From this beautiful painting, I went to pay my respects to Mons. O , who resided at the other end

of Paris, upon whom I had a letter of credit. Upon • my. arriving at his hotel, I was informed by the porter that his master was at his chateau, about ten miles in the country, with his. family,, where he lay ex-tremeiy ill.. Thk nsws rendered itneceflary for me-. to leave Paris for a day and night-atleast...


From Mons. O 1 went to Mr. Perregaux, the

rich banker and legislator, to whom I had letters of introduction. He lives in the Rue Mont Blanc, ft street, the place of residence of the principal bankers, and is next door neighbor to his rival Mons. R , whose lady has occasioned some little conversation. Mons. P—'s hotel is very superb. His chief clerks occupy rooms elegantly sitted up, and decorated with sine paintings. He received me in a very handsome manner, in a beautiful little cabinet, adorned with some excellent and costly paintings. After many polite expreffions from him, I laughingly informed him of the dilemma in which I was placed by the unexpected absence of Mons O i. upon which Mons. P in the most friendly manner

told me that the letters whi«h I had brought were from persons whom he highly esteemed; and that

Mons. O was also his friend; that as it might

prove inconvenient for me to wait upon lam in the country, he begged to have the pleasure os furnishing me with whatever money I wanted, upon my own draughts. I felt this act of politeness and liberality very forcibly, which I of conrfe decsined, as I wished only to take up what money I wanted in a regular manner, but I was desirous of seeing Mons.

O , who was represented to me as a very amiable

man, and his family as elegant and acoomplifhed: I W2£ much charmed with the generous conduct of Mcns. P—.—, from whom I afterwardsxeceived greatCHAP. IX.] IN FRANCE. 103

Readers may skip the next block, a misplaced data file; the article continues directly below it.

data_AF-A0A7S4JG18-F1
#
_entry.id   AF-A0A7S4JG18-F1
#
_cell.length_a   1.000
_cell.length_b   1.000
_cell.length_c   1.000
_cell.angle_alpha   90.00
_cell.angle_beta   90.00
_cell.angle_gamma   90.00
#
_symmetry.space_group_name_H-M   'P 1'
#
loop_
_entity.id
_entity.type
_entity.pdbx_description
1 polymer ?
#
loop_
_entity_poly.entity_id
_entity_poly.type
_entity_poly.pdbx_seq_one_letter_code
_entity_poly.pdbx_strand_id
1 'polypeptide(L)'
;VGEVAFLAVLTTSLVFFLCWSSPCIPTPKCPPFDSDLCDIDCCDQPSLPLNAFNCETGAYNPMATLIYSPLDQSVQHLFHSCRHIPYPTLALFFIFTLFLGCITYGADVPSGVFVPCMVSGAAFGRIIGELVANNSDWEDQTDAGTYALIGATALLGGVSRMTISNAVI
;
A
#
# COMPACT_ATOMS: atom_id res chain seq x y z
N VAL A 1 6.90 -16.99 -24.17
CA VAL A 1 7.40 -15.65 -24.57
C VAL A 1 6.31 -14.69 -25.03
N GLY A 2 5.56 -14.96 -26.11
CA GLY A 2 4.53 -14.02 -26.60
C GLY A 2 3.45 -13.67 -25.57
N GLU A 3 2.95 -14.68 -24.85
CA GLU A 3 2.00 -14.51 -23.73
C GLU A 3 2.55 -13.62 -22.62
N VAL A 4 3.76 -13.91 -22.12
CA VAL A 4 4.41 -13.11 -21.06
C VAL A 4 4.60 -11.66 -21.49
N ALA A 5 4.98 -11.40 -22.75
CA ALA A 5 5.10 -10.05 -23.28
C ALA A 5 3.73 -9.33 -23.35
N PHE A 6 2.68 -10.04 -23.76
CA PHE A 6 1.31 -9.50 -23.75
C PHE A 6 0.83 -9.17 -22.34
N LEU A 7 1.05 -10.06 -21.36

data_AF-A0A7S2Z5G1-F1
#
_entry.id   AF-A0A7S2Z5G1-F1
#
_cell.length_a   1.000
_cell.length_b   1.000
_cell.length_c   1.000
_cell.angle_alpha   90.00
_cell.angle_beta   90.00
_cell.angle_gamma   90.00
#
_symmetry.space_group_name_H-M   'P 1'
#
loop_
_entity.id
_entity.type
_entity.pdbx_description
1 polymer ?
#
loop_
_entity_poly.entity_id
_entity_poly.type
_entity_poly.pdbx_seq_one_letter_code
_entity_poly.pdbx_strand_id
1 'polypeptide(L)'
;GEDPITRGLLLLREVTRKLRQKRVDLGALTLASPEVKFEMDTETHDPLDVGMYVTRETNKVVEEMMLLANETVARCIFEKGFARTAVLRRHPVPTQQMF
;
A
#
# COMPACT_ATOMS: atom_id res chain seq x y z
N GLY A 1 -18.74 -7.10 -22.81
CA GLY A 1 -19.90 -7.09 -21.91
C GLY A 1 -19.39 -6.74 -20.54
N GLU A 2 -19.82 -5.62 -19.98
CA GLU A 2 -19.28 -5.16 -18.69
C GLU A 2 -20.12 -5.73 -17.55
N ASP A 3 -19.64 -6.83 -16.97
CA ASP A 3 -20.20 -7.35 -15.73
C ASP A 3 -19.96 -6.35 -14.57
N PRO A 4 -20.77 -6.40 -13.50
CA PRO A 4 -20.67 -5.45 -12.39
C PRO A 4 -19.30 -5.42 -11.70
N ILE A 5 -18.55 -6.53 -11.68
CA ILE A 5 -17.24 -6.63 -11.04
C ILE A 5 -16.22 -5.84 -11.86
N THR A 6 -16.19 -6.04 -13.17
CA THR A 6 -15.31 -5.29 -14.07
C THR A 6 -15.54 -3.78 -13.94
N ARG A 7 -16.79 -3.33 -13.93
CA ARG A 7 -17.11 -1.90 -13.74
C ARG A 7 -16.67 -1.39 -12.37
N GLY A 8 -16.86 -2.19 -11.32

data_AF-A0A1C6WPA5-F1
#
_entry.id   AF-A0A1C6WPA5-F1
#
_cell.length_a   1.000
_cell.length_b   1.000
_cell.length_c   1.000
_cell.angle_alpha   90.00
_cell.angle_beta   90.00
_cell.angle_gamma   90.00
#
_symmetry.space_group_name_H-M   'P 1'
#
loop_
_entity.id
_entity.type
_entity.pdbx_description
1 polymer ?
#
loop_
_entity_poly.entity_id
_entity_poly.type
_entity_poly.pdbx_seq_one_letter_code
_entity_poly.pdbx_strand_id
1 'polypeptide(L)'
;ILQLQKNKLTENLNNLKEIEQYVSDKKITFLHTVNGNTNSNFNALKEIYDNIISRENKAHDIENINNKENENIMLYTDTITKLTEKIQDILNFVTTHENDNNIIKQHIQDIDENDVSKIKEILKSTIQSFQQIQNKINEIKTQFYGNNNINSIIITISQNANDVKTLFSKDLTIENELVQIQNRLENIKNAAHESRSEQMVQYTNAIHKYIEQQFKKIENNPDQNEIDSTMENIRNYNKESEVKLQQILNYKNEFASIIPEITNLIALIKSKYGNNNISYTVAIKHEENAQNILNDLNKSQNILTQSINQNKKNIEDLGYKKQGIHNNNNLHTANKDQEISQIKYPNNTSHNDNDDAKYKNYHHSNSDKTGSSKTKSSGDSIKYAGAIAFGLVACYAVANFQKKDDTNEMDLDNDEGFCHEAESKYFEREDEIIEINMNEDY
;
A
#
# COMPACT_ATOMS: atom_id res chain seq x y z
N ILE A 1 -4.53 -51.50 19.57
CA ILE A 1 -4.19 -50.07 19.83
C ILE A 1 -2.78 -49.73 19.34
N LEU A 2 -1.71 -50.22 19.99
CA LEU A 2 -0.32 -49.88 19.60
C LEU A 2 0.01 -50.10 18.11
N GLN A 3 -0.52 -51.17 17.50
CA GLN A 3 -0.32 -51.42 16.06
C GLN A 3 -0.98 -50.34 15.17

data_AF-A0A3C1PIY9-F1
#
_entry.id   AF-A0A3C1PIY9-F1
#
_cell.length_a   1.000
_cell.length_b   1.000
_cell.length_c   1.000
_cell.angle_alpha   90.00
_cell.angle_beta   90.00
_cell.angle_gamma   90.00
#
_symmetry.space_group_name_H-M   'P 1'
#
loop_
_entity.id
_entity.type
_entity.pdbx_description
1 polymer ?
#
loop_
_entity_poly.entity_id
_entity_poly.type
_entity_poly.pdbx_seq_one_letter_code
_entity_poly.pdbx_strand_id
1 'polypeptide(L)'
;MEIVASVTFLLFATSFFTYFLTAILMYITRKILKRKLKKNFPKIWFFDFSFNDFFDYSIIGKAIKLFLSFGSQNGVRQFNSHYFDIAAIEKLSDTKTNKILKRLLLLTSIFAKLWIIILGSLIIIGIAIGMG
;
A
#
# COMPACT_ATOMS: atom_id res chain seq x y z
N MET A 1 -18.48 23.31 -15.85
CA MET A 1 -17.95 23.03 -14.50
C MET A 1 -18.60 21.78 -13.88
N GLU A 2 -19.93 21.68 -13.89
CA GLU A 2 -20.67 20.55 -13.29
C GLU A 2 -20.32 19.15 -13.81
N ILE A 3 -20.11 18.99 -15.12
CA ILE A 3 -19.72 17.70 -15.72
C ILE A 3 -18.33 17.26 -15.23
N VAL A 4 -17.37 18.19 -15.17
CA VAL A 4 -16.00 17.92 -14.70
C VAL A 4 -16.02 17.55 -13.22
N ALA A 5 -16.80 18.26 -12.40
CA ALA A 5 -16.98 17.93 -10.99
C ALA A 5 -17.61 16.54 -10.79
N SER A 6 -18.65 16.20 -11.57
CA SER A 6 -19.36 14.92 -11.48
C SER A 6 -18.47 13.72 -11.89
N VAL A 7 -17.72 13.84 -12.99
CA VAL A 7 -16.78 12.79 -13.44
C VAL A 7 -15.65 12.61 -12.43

attentions, and who is much beloved by the English. I felt it a pleasurable duty not to consine the knowledge of sueh an act of liberality to the spot where it was so handsomely manifested. The seffions of the legiflative assembly had closed the day before my arrival, a circumstance I much regretted, as through his means I should have been enabled to have attended their sittings. The bankers of France are immensely rich, and almost command the treasury of the nation. Mons. P , with the well-timed, silent submiffion of the flexible reed, in the fable, has survived the revolutionary storm, which by a good, but guiltless policy, has passed over him, without leaving one stain upon his honorable character, and has operated, like the slime of the Egyptian inundation, only to fructify, and increase his' fortunes. He ones however narrowly eseaped. In the time of Robespierre, the Marquis deChatelet, a few nights before-his execution, attempted to corrupt his guards, and told them, if they would release him, Mons. . F—— would give them a drafs to any amount which they might choose then to name. The centinels rejected the bribe, and informed their sanguinary employer of the. offer, who had the' books of Mons.

P investigated: he Was in no shape concerned'

in the attempted escape; but hearing, with extraordinary swiftness, that, the marquis, whose banker he. had been, and to whom an inconsiderable balances was then due, had implicated him in this manner, he